Stay granted for new abortion drug rules; EPA failed to disclose cancer risks in tests

April 2, 2014
ARIZONA
Stay granted for new abortion-drug rules

A federal appeals court has granted a preliminary injunction to temporarily block the country’s most stringent restrictions on the use of abortion drugs.

In the latest in a series of court fights over Arizona abortion laws, the U.S. Court of Appeals for the 9th Circuit granted Planned Parenthood Arizona’s motion Wednesday.

Planned Parenthood filed an appeal after a federal judge in Tucson refused to stop the new rules, just hours before they were to go into effect Tuesday.

The rules banned women from taking the most common abortion-inducing drug — RU-486 — after the seventh week of pregnancy. Existing rules allow women to take the abortion pill through nine weeks.

— Associated Press

HEALTH
EPA did not disclose cancer risks in tests

An internal investigation issued Wednesday found that the Environmental Protection Agency did not disclose long-term cancer risks and a small chance of death to 81 human test subjects who consented to breathe in ­diesel exhaust and other pollutants during experiments.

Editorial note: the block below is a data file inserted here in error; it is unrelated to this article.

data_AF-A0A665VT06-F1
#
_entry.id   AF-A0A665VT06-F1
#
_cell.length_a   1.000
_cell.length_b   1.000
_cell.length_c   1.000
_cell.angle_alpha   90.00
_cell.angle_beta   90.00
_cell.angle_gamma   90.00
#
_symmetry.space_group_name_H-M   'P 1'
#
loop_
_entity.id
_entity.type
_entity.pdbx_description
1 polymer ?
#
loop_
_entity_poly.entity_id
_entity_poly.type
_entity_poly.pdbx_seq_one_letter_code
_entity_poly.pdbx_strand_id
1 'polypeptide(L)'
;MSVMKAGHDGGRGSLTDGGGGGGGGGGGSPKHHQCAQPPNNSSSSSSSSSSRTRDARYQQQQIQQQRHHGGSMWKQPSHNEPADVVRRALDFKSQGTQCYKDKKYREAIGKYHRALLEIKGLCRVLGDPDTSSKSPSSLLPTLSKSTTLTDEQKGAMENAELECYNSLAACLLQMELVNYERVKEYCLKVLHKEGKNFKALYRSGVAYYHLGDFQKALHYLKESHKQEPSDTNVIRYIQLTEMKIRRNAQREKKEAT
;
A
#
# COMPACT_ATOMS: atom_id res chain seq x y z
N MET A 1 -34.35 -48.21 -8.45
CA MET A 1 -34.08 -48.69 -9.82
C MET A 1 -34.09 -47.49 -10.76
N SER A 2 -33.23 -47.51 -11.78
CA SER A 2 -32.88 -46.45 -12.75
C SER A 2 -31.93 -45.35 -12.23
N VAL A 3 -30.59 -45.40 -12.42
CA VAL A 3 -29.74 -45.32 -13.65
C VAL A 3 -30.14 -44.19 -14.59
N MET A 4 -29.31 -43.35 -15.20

The inspector general’s report said that at least some people participating in five studies conducted in 2010 and 2011 would like to have known whether a study involves a chance of death, no matter how small.

Although diesel fumes include 19 potentially cancer-causing substances, an EPA manager said cancer risk was irrelevant because subjects were exposed for two-hour periods. Cancer usually develops over years of exposure.

The EPA agreed to disclose all risks on future consent forms.

— Associated Press

Hobby Lobby invests in birth control

The company leading the legal challenge against birth-control coverage under the new health-care law offers its workers a retirement plan that includes investments in companies making contraceptives and abortion drugs.

Hobby Lobby Stores has a 401(k) plan featuring several mutual funds investing in pharmaceutical firms that produce intrauterine birth-control devices, emergency contraceptive pills and drugs used in abortion procedures, according to Labor Department documents and a review of fund portfolios.

A spokeswoman did not immediately respond to an inquiry.

— Associated Press

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